War has flared up in the DR Congo again, and President Joseph Kabila in Kinshasa is accusing Rwanda of supporting the M23 who took to arms in April, claiming they had been cheated of the spoils of a 2009 peace agreement.
The Rwanda government has been denying any involvement. One interesting thing is that without Rwanda, Kabila wouldn’t be president today. The Rwandese led the war that ousted the thieving Mobutu Sese Seko in 1997, and installed Kabila’s old man, Laurent Kabila, as president.
Kabila only helped himself at the last election by, according to his opponents, stealing the vote.
Rwanda’s denials of being M23’s godfather has roots in the disastrous “Congo war” of 1998-2002 when it and Uganda found themselves getting serious stick, disgraced internationally for allegedly plundering the DRC. The two countries escaped a UN Security Council resolution to slap sanctions against them by the skin of their teeth.
And, in my reading, the real change is that Rwanda feels the need to strenuously deny involvement in the DRC. That is not the way of the wider East African region. Uganda’s military dictator Idi Amin attacked Tanzania openly in 1978.
The Tanzanians struck back and kicked him out of power in full view of international cameras in 1979. If Uganda had opposed the Rwanda Patriotic Army/Front totally, they would never have taken power. There was a UN monitoring force at the Rwanda-Uganda border to make sure Kampala wasn’t in cahoots with the RPA/RPF. I was one of the people who routinely beat the monitoring team to enter Rwanda to cover the war. It was a joke.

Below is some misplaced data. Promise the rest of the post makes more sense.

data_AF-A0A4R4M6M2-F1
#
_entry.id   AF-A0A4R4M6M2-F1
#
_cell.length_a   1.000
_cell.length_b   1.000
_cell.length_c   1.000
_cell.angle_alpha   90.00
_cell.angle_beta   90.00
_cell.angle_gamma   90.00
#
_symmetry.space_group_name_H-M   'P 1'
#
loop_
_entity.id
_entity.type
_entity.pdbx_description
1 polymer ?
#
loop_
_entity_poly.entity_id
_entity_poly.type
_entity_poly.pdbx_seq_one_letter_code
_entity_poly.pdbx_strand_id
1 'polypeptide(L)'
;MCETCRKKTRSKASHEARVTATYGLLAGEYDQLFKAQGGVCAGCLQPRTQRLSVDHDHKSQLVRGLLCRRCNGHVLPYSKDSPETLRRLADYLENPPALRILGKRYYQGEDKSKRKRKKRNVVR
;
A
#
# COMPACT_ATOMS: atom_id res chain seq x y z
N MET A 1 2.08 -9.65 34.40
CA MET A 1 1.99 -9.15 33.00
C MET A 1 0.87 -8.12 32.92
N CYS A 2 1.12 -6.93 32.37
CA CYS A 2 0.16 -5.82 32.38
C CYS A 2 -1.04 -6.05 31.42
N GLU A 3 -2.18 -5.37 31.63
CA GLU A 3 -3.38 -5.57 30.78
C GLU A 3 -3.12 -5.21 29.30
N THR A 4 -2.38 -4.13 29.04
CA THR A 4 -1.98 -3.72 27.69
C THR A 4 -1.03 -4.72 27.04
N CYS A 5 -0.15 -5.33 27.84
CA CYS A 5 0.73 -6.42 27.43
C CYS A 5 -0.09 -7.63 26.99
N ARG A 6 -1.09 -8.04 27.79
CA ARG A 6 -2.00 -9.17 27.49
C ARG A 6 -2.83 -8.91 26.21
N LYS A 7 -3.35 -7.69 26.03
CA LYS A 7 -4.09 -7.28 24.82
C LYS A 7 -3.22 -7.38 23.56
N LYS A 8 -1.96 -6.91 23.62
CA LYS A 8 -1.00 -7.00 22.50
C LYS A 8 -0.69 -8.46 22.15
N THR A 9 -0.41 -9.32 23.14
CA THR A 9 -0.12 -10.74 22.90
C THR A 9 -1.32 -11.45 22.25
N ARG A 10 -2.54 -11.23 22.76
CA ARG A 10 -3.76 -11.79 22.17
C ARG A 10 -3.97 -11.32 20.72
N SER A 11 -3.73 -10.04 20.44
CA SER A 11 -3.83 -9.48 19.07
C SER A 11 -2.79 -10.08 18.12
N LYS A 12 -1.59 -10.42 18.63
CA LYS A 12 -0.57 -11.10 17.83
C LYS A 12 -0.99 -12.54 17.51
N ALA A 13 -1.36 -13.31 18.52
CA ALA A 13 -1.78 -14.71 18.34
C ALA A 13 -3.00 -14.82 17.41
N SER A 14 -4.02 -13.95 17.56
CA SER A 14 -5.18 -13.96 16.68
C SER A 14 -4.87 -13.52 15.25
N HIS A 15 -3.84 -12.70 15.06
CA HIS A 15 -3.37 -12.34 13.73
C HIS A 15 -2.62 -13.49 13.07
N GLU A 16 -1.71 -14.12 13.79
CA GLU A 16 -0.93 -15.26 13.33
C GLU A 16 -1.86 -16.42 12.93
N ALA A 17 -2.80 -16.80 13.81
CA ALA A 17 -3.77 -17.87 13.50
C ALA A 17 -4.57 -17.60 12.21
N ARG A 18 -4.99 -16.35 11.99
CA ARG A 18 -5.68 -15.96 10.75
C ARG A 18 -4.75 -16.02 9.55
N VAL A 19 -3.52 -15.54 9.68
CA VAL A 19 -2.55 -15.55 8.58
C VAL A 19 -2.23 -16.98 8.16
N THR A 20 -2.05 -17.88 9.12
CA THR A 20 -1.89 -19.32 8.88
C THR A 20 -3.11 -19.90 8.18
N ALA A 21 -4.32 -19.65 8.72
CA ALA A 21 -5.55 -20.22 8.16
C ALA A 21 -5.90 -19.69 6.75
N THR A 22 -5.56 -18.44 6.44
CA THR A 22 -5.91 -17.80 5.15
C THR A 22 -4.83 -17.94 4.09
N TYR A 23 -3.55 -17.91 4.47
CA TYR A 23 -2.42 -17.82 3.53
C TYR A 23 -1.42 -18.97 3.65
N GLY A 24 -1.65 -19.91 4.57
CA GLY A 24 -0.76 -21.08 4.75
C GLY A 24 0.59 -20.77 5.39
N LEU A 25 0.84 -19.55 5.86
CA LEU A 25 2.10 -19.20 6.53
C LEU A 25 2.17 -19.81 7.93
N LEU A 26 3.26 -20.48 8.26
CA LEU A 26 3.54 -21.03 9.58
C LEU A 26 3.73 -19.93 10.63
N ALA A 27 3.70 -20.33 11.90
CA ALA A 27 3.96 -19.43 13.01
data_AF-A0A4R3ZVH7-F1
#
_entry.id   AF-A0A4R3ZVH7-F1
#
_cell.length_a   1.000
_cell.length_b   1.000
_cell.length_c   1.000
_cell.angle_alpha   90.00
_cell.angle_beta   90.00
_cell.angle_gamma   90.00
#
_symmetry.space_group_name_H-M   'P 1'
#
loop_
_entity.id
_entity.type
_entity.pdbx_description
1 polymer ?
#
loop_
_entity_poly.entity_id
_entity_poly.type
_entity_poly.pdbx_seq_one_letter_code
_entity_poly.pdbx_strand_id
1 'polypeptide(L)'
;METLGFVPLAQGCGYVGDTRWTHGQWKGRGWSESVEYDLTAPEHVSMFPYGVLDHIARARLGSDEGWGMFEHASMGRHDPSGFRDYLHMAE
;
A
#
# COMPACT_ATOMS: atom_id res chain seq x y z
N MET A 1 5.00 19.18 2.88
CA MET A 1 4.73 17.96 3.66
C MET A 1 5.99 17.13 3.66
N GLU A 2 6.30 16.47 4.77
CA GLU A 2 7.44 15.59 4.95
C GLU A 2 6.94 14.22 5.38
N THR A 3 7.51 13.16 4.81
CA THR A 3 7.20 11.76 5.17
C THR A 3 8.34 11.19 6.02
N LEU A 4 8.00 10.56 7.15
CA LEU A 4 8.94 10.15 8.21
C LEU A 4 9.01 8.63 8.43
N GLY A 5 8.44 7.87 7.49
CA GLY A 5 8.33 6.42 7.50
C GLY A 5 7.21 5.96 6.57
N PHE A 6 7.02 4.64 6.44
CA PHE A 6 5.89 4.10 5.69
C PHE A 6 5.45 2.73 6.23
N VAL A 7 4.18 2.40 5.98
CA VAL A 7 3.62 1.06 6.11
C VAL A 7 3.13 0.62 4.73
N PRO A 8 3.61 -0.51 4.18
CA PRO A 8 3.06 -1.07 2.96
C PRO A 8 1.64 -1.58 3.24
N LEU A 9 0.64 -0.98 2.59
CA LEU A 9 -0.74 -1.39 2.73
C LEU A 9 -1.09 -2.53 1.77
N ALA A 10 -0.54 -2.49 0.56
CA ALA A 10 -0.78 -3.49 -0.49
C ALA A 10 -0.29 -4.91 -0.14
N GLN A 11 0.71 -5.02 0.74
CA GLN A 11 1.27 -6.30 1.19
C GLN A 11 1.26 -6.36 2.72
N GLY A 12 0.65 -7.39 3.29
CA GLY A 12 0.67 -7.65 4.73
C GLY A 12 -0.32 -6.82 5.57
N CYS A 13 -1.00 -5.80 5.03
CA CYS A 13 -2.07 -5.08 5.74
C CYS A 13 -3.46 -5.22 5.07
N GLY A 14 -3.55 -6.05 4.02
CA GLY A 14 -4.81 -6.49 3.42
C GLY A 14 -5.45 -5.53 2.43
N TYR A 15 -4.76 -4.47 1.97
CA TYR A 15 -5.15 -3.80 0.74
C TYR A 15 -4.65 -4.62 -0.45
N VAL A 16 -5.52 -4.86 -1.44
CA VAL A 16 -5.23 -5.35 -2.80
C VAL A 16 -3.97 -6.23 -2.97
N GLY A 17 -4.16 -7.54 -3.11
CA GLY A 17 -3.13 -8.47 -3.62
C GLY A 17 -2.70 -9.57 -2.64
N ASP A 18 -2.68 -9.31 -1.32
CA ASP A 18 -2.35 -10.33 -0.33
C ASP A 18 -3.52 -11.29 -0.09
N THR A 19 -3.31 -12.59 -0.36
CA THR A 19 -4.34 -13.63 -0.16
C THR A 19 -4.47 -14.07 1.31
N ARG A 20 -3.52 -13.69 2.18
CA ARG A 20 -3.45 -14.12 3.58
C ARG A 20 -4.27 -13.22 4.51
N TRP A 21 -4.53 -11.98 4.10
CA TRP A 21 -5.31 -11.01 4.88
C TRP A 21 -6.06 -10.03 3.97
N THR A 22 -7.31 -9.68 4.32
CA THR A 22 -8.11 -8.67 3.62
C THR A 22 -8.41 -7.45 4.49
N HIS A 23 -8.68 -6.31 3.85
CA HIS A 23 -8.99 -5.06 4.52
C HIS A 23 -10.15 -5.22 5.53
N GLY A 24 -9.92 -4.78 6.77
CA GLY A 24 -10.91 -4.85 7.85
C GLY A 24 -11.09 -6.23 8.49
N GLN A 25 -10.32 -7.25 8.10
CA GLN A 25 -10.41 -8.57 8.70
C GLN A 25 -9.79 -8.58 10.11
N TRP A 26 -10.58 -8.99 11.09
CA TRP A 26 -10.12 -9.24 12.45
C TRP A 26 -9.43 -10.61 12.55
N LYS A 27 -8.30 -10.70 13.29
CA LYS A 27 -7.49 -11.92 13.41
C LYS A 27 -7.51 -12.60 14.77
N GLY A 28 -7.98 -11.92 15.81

Without Uganda’s – and the USA’s – military support, the Sudan People’s Liberation Army would still be in the bushes fighting. And when the Somalia mess dragged on too long, Uganda and Burundi put on African Union uniforms and went in. Ethiopia didn’t bother with cosmetic cover. It just sent in an invasion force, twice, and has controlled parts of Somalia near its borders for nearly 15 years now.
Khartoum too repaid Uganda in kind, bankrolling the Lord’s Resistance Army, and on many occasions bombing the northern regions of Uganda.
Last October, Kenya ended a 38-year-old tradition of not poking its military nose into neighbouring countries, when it sent its army into South Somalia.
The lesson is clear. This is a tough neighbourhood, almost like no other in Africa. If you can’t keep your house in order and you allow groups that pose a threat to your neighbours to thrive on your territory; or if you back rebels opposing your neighbours, expect their armies or proxy rebel groups to come knocking.
Kabila needs to take charge of business in the DRC. If not, the neighbours will do it for him and help another Congolese eat his presidential lunch — whether they deny or admit it. If you are weak, you survive by sucking up to the big boys in the hood. A short political memory or amnesia is also dangerous in our region.
Hate it or like it, it is the East Africa way. Only the strong and shrewd survive.
Charles Onyango-Obbo is Nation Media Group’s executive editor for Africa & Digital Media. E-mail: firstname.lastname@example.org. Twitter: @cobbo3